At times it feels like it may even tip over the line, into the realm of political discomfort, but Howard largely steers the ship away from those rocks. Yes, there are some complicated interactions with druids and a couple quiet acknowledgements of inheritance that need to be unpacked before they can be safely ignored, but one senses that Howard is at least aware of this, if not necessarily choosing or not choosing to deal with them. Questions of religion and land recall the pragmatic elements of Western culture that we prefer to gloss over with favorable legends, but that’s not the book’s purpose and it hopes to leave us with the power of real identity politics without wading too deep into those waters.

Indeed, there’s a lot that’s played close to the chest. A series of dreams and visions demonstrate how Howard’s writing can be both legible and mystifying, where clues are presented in such a fashion as to inform but not provide meaning. She seems to enjoy this as a superpower of serialized storytelling, but only time will tell exactly what it all means. In the meanwhile, we’re left with the experience, for good or ill.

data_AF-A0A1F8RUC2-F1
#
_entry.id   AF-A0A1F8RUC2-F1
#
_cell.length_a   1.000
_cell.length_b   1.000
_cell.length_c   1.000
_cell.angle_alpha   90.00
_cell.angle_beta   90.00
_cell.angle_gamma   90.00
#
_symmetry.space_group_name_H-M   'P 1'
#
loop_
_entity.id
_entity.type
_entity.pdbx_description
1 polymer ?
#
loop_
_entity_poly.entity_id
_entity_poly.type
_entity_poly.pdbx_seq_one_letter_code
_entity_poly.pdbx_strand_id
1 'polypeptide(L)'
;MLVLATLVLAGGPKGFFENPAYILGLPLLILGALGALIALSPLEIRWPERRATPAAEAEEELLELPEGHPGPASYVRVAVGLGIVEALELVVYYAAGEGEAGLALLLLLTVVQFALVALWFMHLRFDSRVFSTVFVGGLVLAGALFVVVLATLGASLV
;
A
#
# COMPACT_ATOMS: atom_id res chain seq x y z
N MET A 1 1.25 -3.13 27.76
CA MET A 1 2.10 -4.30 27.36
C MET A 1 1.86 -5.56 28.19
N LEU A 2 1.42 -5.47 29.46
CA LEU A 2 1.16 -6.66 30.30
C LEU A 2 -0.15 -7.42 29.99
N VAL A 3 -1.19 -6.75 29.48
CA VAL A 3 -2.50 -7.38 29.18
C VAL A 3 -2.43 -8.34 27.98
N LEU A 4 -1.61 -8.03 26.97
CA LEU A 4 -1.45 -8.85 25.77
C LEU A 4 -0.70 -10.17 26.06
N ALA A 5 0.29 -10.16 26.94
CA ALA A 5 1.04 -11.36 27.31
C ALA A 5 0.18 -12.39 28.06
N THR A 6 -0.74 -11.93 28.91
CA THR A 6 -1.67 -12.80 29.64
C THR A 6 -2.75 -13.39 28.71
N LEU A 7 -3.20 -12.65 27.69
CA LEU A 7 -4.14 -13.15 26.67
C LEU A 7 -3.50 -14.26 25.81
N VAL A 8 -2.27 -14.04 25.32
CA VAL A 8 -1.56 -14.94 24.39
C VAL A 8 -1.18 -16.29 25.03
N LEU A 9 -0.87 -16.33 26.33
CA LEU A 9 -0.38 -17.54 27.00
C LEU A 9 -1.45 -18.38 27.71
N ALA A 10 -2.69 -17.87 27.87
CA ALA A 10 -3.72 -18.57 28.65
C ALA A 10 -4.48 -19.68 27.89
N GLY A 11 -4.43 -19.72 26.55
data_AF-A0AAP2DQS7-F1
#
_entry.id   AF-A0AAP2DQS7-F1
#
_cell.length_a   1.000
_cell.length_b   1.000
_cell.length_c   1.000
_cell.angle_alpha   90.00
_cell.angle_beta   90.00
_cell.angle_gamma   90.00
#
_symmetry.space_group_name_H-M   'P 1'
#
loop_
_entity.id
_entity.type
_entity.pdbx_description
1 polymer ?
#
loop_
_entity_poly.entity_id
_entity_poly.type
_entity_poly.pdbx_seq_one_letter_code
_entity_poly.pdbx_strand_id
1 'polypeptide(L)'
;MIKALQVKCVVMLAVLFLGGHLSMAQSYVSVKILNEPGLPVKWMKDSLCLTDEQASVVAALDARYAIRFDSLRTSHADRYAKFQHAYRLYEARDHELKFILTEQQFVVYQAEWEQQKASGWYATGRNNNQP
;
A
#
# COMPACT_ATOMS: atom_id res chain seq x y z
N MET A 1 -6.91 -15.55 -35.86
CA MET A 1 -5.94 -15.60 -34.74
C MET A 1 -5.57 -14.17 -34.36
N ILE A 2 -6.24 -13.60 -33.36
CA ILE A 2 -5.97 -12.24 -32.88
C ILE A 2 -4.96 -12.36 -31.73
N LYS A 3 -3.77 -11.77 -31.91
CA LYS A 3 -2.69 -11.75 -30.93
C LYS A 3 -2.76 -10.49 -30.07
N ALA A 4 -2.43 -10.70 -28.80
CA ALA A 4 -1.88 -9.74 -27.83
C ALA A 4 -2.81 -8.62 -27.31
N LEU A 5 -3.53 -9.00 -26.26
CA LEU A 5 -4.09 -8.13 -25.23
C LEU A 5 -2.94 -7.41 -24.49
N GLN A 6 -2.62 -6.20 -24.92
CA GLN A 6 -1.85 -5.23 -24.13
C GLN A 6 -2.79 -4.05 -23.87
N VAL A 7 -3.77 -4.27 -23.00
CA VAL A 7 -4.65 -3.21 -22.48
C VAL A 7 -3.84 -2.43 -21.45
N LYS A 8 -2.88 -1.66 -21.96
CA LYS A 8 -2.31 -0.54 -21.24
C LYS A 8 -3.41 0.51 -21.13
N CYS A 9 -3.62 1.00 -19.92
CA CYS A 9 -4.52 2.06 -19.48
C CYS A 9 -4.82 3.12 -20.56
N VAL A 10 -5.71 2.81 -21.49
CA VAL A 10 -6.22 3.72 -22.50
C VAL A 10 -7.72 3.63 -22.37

Oh! And there are Selkies! Imagine that! Selkies in my Marvel comics!

In short, someone smarter and better at managing their time than I could likely already write some fascinating scholarly articles about this series and, that usually means that an X-Men story is doing something right.

Marcus To bears the brunt of the issue’s packed structure, leaving him less room than usual to glory in the script and give it room to breathe in his page arrangements. Nevertheless, he delivers Howards’ story in such a way that you might not even notice that, and he positively insists on selling the biggest moments, even if they might get a slightly smaller panel than one senses he might have liked. Indeed, the more you look at this book the more you notice how many invisible tricks To uses to make this dense script feel natural.

Much of what was true last month is true now. The characters look beautiful but active and the fantastic elements of magic and mutation pop with ‘throw down your backpack and watch after-school cartoons’ energy. Apocalypse still has moments where he looks off, but he pulls off that robe like nobody’s business and emotes very well for a 5,000-year-old mutant with no pupils.

Interior art by Marcus To and Erick Arciniega